Hat Tip: “The Future of Publishing” (But I viewed it from the perspective of open access)

I’m surprised I hadn’t seen this earlier. I want to thank a librarian colleague for the link, who posted it this afternoon to a listerv we both frequent. This wonderfully clever video was uploaded to YouTube back in March 2010. According to the description, “This video was prepared by the UK branch of Dorling Kindersley Books and produced by Khaki Films.”

The video was produced for the commercial publisher’s sales conference. Ironically, I viewed it from the perspective of open access and found its message compelling and powerful.

I encourage you to view the 2:30 video in its entirety. I won’t spoil the experience. But I’ll give you a hint. Notice how the message (in this excerpt) completely changes when it’s rewound.

Is this the message?

I know what I want when I see it and
packaging
is more important than
content
I have to tell you
my attention span is too small for big ideas
and it’s just not true that
I read a lot and I like learning …

Or this?

I read a lot and I like learning
and it’s just not true that
my attention span is too small for big ideas
I have to tell you
content
is more important than
packaging
I know what I want when I see it and …

The part about content or packaging proved serendipitous. Unbeknownst to my colleague, he posted the link just as I was preparing to participate in a thread discussing scholarly societies that turn their journals over to commercial publishers, and how this all too commonly results in increased institutional subscription prices. Here is an excerpt:

In addition to being a medium for research communication, I know many societies intend their journal to be a source of revenue to help subsidize other programming. In the print era especially, offering the journal as a benefit of membership is a long-standing tradition that is surely under considerable pressure as this incentive is losing its appeal in the digital age. I imagine that increasing institutional subscriptions is seen as a partial solution, and making a deal with the (commercial publishing) devil who has a lot of experience and brand recognition is seen as the (only?) way to do this credibly.

I appreciate this is simplistic. But it seems to me that the dilemma of a society in this situation is at least exacerbated where there is the perceived need to view their journal as a source of revenue in addition to it being a medium of research communication. If the revenue component could be minimized, or taken out of the equation entirely, then the focus could shift to simple cost recovery of the later. If, further, expectations could shift to the content and its dissemination rather than product packaging, the costs that would need to be recovered would be further reduced. (I’m working on a piece following-up on a recent article that sees open access journals as a “disruptive technology.” Disruptive technologies originate down-market but grow as they are increasingly able to satisfy core customer demands. Meanwhile, commercially published journals may actually be shown to be over-shooting customer demand, and price consciousness becomes a more important consideration. What do consumers of scholarly research really care about? Content or packaging?)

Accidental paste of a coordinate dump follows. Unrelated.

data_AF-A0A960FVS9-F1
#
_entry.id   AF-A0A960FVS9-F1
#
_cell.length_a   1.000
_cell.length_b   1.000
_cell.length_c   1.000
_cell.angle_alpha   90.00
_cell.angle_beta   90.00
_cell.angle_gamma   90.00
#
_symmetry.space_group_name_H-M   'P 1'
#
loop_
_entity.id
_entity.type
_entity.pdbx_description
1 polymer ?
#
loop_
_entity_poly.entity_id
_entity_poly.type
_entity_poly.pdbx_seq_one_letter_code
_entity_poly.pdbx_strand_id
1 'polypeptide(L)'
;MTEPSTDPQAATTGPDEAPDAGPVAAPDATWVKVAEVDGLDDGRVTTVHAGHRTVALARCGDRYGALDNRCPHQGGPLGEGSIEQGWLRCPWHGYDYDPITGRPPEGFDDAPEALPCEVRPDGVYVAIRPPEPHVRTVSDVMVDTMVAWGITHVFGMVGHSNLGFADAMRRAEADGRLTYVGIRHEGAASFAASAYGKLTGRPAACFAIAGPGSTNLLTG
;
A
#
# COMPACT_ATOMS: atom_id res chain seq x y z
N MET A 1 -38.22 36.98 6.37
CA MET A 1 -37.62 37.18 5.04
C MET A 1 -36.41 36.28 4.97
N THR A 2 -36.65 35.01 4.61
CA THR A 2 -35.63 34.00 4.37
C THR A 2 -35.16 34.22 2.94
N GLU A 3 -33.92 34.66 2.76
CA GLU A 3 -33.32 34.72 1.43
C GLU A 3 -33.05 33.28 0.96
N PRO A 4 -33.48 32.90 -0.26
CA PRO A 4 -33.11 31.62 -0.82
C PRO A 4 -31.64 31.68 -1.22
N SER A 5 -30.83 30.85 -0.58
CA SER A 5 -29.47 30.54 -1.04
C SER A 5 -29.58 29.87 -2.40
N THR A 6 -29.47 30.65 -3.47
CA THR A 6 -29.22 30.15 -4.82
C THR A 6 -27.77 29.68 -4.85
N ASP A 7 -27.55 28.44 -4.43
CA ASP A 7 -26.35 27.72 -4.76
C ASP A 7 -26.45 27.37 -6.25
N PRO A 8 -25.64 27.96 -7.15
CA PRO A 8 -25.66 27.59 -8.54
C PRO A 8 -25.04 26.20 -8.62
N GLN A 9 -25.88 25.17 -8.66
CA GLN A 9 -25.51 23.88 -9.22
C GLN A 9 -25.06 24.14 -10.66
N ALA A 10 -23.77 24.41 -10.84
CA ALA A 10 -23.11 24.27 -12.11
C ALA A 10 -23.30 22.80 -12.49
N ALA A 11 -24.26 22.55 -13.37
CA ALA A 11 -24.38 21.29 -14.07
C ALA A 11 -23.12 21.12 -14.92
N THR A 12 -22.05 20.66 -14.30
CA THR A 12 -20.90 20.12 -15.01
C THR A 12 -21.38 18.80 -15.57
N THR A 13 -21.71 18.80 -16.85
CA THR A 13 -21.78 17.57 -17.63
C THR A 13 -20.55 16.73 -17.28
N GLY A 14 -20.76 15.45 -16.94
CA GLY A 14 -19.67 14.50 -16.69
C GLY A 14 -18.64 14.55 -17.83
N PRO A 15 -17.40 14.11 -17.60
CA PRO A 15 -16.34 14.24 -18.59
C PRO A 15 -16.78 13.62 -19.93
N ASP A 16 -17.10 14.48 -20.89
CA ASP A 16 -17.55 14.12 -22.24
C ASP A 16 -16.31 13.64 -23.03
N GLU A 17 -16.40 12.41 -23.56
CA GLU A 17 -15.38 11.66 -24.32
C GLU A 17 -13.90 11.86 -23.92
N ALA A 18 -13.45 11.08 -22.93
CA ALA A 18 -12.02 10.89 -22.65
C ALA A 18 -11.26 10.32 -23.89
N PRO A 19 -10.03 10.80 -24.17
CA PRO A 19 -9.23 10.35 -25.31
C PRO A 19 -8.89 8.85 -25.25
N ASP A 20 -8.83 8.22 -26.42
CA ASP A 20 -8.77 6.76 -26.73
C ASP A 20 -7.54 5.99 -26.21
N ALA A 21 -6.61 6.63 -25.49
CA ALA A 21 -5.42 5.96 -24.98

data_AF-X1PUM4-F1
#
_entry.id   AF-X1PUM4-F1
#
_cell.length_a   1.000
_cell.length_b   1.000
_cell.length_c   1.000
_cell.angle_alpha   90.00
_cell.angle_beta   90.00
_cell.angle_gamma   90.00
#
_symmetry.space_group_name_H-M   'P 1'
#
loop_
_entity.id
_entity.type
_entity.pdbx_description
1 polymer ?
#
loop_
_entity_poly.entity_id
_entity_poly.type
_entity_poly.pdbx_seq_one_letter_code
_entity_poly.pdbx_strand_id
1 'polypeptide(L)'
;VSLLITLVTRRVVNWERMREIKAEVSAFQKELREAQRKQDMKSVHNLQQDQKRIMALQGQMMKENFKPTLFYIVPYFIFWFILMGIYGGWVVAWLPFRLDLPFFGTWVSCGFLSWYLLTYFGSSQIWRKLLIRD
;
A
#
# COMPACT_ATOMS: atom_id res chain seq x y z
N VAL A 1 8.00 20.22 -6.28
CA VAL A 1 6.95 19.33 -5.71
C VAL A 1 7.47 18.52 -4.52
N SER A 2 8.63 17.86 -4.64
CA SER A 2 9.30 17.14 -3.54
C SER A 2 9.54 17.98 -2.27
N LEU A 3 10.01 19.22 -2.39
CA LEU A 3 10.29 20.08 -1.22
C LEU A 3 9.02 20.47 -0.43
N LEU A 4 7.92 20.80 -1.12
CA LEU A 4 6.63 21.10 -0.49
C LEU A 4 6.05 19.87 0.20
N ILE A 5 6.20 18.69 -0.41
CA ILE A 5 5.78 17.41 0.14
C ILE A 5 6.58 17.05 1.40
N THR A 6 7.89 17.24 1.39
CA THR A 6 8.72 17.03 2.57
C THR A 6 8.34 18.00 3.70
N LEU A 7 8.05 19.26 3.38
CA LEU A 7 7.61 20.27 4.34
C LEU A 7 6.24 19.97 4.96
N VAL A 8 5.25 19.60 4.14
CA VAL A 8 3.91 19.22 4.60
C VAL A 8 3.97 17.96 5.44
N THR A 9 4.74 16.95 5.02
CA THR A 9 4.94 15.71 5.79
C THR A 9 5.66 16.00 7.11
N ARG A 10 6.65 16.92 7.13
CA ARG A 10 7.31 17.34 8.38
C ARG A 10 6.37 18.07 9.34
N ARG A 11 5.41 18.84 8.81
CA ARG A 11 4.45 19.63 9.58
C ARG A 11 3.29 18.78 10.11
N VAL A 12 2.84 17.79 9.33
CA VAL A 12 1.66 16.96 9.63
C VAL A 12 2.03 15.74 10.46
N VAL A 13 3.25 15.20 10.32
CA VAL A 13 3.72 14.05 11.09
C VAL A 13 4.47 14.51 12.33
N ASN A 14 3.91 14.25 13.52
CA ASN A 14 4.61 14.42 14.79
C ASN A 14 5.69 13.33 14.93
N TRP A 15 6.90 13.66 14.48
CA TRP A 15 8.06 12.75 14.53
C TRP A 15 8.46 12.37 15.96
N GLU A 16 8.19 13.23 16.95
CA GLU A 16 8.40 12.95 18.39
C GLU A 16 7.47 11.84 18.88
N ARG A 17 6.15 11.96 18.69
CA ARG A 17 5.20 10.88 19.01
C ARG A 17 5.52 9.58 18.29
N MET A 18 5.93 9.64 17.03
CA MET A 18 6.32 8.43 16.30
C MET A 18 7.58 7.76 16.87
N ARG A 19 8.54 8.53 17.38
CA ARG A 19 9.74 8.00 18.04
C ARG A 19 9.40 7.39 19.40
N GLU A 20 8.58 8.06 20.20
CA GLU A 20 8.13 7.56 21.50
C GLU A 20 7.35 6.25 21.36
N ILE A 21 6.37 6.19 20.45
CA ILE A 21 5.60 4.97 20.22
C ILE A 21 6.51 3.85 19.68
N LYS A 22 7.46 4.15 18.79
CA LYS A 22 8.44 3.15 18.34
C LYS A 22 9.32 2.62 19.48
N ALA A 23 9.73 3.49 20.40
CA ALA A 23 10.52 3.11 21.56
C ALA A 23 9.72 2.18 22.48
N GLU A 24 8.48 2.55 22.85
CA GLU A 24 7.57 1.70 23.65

I suspect that leveraging the perception of increased value might bring the entertainment of thoughts that this product should be able to fetch a higher price in the marketplace, especially based on traditional expectations. But I find it difficult to believe that the initiative for these thoughts generally originate with the societies, especially if the reason for going to the commercial publisher in the first place is to provide a rescue from the near-term prospect of insolvency. It’s a pretty big leap from: “What can we do to keep this thing afloat?” to delusions of grandeur: “Ha! Ha! This will turn our journal into a veritable cash cow! We’ll be rich!” (OK. Maybe that’s just a little hyperbolic. But it’s for effect.)

I imagine, rather, the conversation between journal editors and society publication committees when meeting with their commercial publisher partners to be more like: “Yes, we want our journal to be revenue positive. But can you assure us that there is enough value here to justify raising the subscription price that much? Don’t we risk driving away subscribers?” The publisher replies: “No question about value. More people will learn about your great journal on our great platform, which is sure to increase subscriptions. And hey, we’ll throw-in access to a backfile. Librarians love backfiles! Besides, the increased price will offset any short-term loss of subscribers. Don’t worry. We are committed to the long-term viability and success of your journal. We can’t succeed if you don’t succeed. We’re in this together!”

Content or packaging? Selling a product or getting a message out? Which is more important?

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Posted in "The Hat Tip", Commercial Publishing, Economics & Business Models, Open Access, Scholarly Associations, Scholarly Journals

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